The two days with my friends Randy and Paula felt great and was just what the doctor ordered. They treated me like royalty, carrying me around on a pillow. Well, they would have if they could have picked me up. Seriously though it was great and a well needed mental break. Paula and Randy, love you guys and thanks so much!
The rear tire seemed to be holding the air pressure and I headed out of the Volcán area for Santiago, if there were tire issues, and ultimately Panama City. It began raining shortly after I got on the road, but after an hour faded away into eventual sunshine as I got closer to Santiago.
The highway was under construction and required driving in the oncoming lane for many miles, which felt a bit weird but overall the road was very nice. I reached Santiago with no issues and grabbed a quick lunch at a KFC on the highway, then headed on for Panama City. The tire was fine and I had to keep it throttled down anyway due to the number of police on the road. It's a 3 hour speed trap from Santiago to PC.
I hit the city about 3:45 and came to a stop about 6 miles from my hotel. I noticed there are almost no motorcycles on the road which suggested a rough city to drive in. I had to ride on the shoulder several miles to get past the dead stopped traffic, to find the main roads were reversed for traffic flowing out of the city and incoming had to squeeze into a single lane.
It was an awesome feeling to finally ride over the Bridge of the Americas and cross a significant boundary for me. The last border crossing's night ride in the rain had felt a bit like the 10th round of a boxing match where you're not sure whether you won or lost but you were still standing.
Across the bridge my hotel was directly on the canal entry and I rewarded myself with a decent room and good meal at the TGI Friday's attached. I was too tired to go looking elsewhere and sat watching the ships lined up to enter the canal, the behemoth container ships passing quietly past as the darkness came.
As an aside, Paula had grown up in the canal zone and they had shared how the previous president of Panama had gotten the country in serious debt for certain projects, and now the country was trying to ease the financial burden by raising canal transit rates. Apparently now the fees for a container ship to cross are about $1 million USD. Small sailboats got jacked as well from a couple hundred dollars to a couple thousand. The higher rates sent more traffic towards the Suez Canal. Don't ask for details or particulars, cuz I don't know but it was interesting to hear.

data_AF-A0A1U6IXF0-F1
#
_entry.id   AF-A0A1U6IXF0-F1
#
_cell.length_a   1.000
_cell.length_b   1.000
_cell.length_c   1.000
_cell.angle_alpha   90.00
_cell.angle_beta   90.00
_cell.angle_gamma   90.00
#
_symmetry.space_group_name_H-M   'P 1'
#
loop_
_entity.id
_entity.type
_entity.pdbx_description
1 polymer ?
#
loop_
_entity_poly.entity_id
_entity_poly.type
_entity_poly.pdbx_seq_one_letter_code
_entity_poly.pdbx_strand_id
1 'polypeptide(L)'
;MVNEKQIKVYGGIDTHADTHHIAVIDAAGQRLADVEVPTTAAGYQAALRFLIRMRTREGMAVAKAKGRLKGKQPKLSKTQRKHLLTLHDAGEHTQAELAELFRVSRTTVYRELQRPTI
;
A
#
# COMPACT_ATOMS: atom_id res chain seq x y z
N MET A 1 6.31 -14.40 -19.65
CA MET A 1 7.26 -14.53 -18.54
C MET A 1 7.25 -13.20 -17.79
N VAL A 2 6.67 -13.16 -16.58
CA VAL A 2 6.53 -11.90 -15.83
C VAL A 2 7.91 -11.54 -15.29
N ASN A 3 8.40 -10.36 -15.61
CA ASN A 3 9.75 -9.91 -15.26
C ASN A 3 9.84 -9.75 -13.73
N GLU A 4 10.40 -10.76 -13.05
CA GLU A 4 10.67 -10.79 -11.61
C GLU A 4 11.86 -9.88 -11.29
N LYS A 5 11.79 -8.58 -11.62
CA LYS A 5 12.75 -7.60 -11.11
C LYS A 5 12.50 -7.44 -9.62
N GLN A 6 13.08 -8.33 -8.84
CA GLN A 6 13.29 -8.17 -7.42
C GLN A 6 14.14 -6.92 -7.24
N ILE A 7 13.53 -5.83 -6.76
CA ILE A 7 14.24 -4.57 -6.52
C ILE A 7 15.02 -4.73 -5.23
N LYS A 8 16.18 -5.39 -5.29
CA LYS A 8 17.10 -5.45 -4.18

The Tri-Cans had arrived the day before, as well as some of the other riders we'd met, and I planned to move to their hotel the next day.
Maryna and Paul, the Australian couple I'd met in San Juan del Sur, had scouted for tires for me and found a place called PanaBike who could get me some adventure tires. Heidenau's weren't available anywhere in Panama, but he said he could get me "MotoZ Tractionator GPS" tires. After hearing the name I wasn't impressed but I did find a couple of reviews which said they were comparable to Heidi's. It didn't really matter, because they had bigger meatier knobs than the other available tires and if they were crap I could find something else in Colombia. Only problem was that the distributor only sold them in front and rear sets so I had to buy both. I'd considered buying a tube and running the Heidi or just living with a patch until Medellin, but the mental niggle wasn't something I wanted to carry.